"Lost in Translation"
(PaPa, FR, B, LLL, VVV, S, NN, A, DD, M) Strong, slightly mixed pagan worldview refers to Greek gods and myths as if real, villain says there’s the “DNA of a god” in the blood of Hercules, and hero likes to make time with the ladies, plus some moral elements about stopping evildoers and protecting people in one’s beloved hometown; 36 obscenities (no “s” or “f” words), 14 strong profanities and two light profanities; plenty of strong action violence shot in a comic book style with some very strong violence but no really graphic gore though there is some blood, such as indestructible hero and indestructible villain fight and get hit with large objects, hero gets shot multiple times, hero’s heart stops a couple times but serum in his blood keeps bringing him back to life, gunfights, explosions, henchman run over, large object squashes henchman, villain explodes, villain’s arm severed, man knocked out by injection, two policemen shot to death, woman stabs hero with sword, and serum brings hero back from the grave; suggestions that hero plays around with the ladies even though he’s got a steady girlfriend, kissing, woman in belly dancer costume dances suggestively before hero who’s been tied up by villain, light sexual innuendo, including in one scene where woman talking to hero is undressed and there is a shot of rear female nudity; stylized image of rear female nudity in one shot and female cleavage and upper male nudity in other scenes; alcohol use; reference to selling drugs to pay for other criminal activities and hero drugged to sleep; and, stealing, villain, female sidekick dress up in Nazi uniforms for one scene, revenge, and the Angel of Death is in a female form and is called Lorelei.
THE SPIRIT, based on a famous 1940s comic strip, tells what happens when a murdered cop mysteriously brought back to life tries to stop his arch-nemesis from becoming all-powerful. THE SPIRIT is deliberately, extremely corny and contains enough negative PG-13 content to merit extreme caution.
For some unexplained reason, the filmmakers behind this comic book movie, THE SPIRIT, decided to make their movie deliberately, extremely corny. It’s almost as if they were trying to shoot themselves in the foot.
The movie opens with a cliché voiceover by the hero, Denny Colt, aka The Spirit, about his love for Central City, which he protects from the bad guys. Denny is a murdered cop who mysteriously came back to life and now roams the streets as the city’s invincible hero who cannot die. As the Spirit, Denny works with the police commissioner and his beautiful daughter, Ellen, a doctor who helps Denny recover from more serious wounds.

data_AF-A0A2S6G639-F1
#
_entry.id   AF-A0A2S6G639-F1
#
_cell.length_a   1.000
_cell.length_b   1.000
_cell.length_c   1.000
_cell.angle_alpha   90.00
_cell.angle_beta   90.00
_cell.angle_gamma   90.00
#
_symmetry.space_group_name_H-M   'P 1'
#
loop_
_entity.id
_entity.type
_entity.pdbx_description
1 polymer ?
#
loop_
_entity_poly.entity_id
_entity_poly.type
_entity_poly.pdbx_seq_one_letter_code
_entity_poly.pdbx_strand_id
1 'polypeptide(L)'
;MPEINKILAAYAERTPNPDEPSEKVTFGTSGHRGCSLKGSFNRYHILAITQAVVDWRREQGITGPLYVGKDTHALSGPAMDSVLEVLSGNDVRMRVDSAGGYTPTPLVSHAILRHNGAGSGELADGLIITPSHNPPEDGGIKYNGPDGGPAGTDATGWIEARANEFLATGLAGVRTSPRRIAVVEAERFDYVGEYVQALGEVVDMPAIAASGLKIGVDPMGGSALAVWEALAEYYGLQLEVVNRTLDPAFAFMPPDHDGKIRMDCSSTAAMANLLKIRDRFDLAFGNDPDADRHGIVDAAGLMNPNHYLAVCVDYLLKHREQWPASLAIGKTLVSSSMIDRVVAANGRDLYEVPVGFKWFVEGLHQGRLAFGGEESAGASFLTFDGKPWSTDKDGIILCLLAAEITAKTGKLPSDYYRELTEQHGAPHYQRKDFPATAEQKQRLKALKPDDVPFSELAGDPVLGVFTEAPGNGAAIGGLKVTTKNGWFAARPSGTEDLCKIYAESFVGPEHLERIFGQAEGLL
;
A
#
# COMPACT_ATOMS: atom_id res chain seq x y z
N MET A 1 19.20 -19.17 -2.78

One night, a policeman phones the Spirit to stop a plot by the fiendish Octopus and his gang. The Octopus is trying to steal a treasure from the Spirit’s high school flame, Sand Saref, who’s now an international jewel thief. Accompanying the Octopus is accompanied his female sidekick, Silken Floss, and a group of chubby, stupid clones that he has created in his lab.
During an intense fight, the Octopus tells the Spirit they share a secret. The secret apparently has something to do with the fact that the Octopus seems just as indestructible as The Spirit.
Octopus and his gang manage to steal only half of the treasure from Sand Saref, but they realize too late they got the wrong half. The Octopus wants a vase that Saref still has. The vase contains drops of blood from Heracles, or Hercules, the immortal son of Zeus who voyaged with Jason and the Argonauts in search of the Golden Fleece. Octopus believes that the thing that makes the Octopus and the Spirit invincible will make him all-powerful if he drinks the blood of Hercules. Of course, the other half of the treasure, which the Octopus now has, is the actual Golden Fleece itself.
Can the Spirit stop his arch-enemy’s plan to rule the world? What will happen to the Golden Fleece? Will the commissioner’s daughter lose the Spirit’s heart to his old flame? Will this corny story never end?
Visually, THE SPIRIT is like a beautiful-looking comic book come to life. The complexity behind the images and characters, however, is never duplicated by the main story, the dialogue or the acting. Everything is played way over the top.
THE SPIRIT contains plenty of strong action violence, some very strong violence, a shot of rear female nudity, and foul language. Also, although the Spirit has a steady girlfriend in the commissioner’s daughter, the movie often alludes to the fact that the Spirit likes to play the field. Other than his playboy tendencies, however, the hero has a strong sense of moral duty, of saving the city and its people from evil villains. That said, this movie is more silly than profound, memorable or fun.
THE SPIRIT is based on a groundbreaking comic strip from the 1940s. Denny Colt, the hero of the piece, is a murdered cop who mysteriously has come back to life to be a crimefighter who can’t be permanently hurt anymore. The Spirit’s arch-nemesis, a whacko called the Octopus, hints to Denny that they both share a secret having to with the fact that they both can take a terrible beating, but survive. The Octopus is after the blood of Hercules, the hero from Greek legend, which he believes will help him rule the whole world. Can the Spirit stop his arch-enemy’s plans and save the two women, and the city, he loves? Visually, THE SPIRIT is like a beautiful-looking comic book come to life. Otherwise, however, it’s deliberately, extremely corny. It’s so corny that it’s hard to take the movie seriously as either an action movie or a comedy. Despite some moral elements, the movie has plenty of strong action violence, some very strong violence, a shot of rear female nudity, some sensuality, and foul language. THE SPIRIT is not meant to be very profound, but it’s not much fun either.